12 Common Moringa Plant Pests

  1. Budworm: noorda Moringae
  2. Hairy Caterpillar: Eupterote Molliefera
  3. Pod fly: Gitona Distigma
  4. Bark Caterpillar: Indarbela tetraonis
  5. Leaf Caterpillar: Noorda Blitealis
  6. Fruit Flies
  7. Other than These You may find-
  8. Beetle grubs in Soil
  9. Nematodes in Soil
  10. Aphids on tender new leaves
  11. Red Mites on Leaves and Intranodes
  12. Mealybugs only on new plants during cloudy days

Pest Identification

Caterpillars of any type are easy to identify. Most of them have hairy covering and yet some may sting on touch. So don’t pick one with bare hands unless you are sure of it. Their sting can bruise the asking and it may itch for more than a week. Some caterpillars especially the bark and leaf caterpillar are light green to brown in color. Others may have stripes on abdominal sections. Altogether they are not good for the Moringa or Drumstick tree. Their eggs look like tiny semi-transparent balls on the underside of leaves and buds. Once you find them get rid of them as soon as possible. Use garden gloves for manual picking of hairy caterpillars.

Aphids on the other hand are tiny bugs of just 1/8 inch in size. They feed on plant sap and attack mostly soft leases and new branch tips. They are transparent to light green or brown in color. Aphids love the moist and dark environment and are not very difficult to treat during summer. Just keep the plant dry and clean.

Red mites are attracted to the tender leaves and new branches. They leave trails behind after damage. It only requires proper cleanliness and the use of some general-purpose pesticides to treat red mites.

Both Nematodes and Beetles grubs can damage the root system of a moringa tree. Beetle grubs are visible and they feed directly on roots. They chew the root system causing nutrition scarcity in the whole plant. On the other hand, a nematode is a tiny worm that causes the root-knot problem. The infected plant is more likely to die before you even notice the symptoms.

Diseases of Moringa Plants

  1. Root Rot
  2. Stem Rot
  3. Bud Rot
  4. Flower Drop
  5. Wilt
  6. Powdery Mildew
  7. Twig Canker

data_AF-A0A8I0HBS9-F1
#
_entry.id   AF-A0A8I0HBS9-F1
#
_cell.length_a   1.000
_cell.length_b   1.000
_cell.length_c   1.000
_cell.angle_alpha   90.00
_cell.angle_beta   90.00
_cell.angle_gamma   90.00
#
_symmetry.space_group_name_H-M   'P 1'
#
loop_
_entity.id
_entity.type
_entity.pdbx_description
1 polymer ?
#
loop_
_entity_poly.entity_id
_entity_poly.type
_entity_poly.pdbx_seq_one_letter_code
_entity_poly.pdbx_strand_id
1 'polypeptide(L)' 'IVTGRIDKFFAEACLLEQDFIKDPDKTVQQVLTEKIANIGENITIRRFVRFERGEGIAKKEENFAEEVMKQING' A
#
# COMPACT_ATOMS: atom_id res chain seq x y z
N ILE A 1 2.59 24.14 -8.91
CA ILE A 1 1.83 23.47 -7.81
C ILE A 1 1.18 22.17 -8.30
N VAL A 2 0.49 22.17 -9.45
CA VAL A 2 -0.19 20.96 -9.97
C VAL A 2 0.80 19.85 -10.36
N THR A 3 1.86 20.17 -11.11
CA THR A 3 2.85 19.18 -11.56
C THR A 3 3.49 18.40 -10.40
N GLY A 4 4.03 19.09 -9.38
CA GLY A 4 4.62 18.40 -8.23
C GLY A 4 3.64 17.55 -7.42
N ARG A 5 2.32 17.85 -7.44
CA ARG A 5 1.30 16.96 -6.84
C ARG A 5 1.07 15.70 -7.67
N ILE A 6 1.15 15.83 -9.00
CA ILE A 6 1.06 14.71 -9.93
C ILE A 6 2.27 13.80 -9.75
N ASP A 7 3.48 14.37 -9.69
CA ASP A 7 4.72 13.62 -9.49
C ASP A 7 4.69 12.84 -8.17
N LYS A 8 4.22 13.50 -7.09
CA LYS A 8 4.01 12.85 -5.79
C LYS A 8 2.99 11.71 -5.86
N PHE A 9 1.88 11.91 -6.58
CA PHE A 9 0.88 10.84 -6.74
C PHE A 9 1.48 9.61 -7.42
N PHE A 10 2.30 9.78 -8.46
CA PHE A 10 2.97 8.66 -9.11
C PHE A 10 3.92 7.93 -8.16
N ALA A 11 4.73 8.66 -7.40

8. Bacterial Infection
  9. Viral Diseases

In addition to these, some Moringa plants can show genetic diseases carried on from their parents.

Most of these diseases are either caused by infected gardening tools or carried on by any vector. Garden pests like aphids and mealybugs can carry fungal spores and viruses from infected plants to the healthy moringa tree. Therefore pest control is the best way to defend a moringa plant against any disease. If the problem persists then act accordingly with plant disease treatment methods. How to Save Pansies From Bugs and Insects?

Disease Identification

Bud, stem, or fruit rot is clearly visible on the plants. It may start as a small dark patch on the surface and spread outward leaving the dead central region. The rotting problem in moringa can happen due to fungal or viral infections.

If it is a fungal infection and a little care and active fungal treatment can save the plant. Otherwise, viral infections are mostly incurable. A diseased plant is simply dead or will die in a few days. The best option is to remove the infected plant and start with a new one in a separate healthy spot.

Shunt growth, flower, fruit or leaf drop, curled leaves, deformed branch tips, and fruits with a bad structure are all signs of diseases. The formation of dark dead patches on the bark and stem is the next stage to diseases infestation in moringa trees.

Old moringa trees are more prone to pests and diseases. Therefore cultivators always replace old plants with new healthy ones after 5-8 years.

How to Avoid Pests and Diseases in Moringa?

  1. Start with treating the soil with fungicides once in 4 months. It will prevent any soil-borne fungal disease.
  2. Avoid overwatering that can cause root rot. Excess moisture in the soil is not good for any plant. It can attract a lot of pests to the plant.
  3. Maintain at least  10-12 feet distance between two adjacent Moringa trees in the garden. Crowded trees may lack proper airflow which can cause fungal infection.
  4. Always keep the area clean by weeding and raking the soil once in while. Don’t allow too much organic matter to accumulate near the tree base. It can increase pest growth and cause many problems.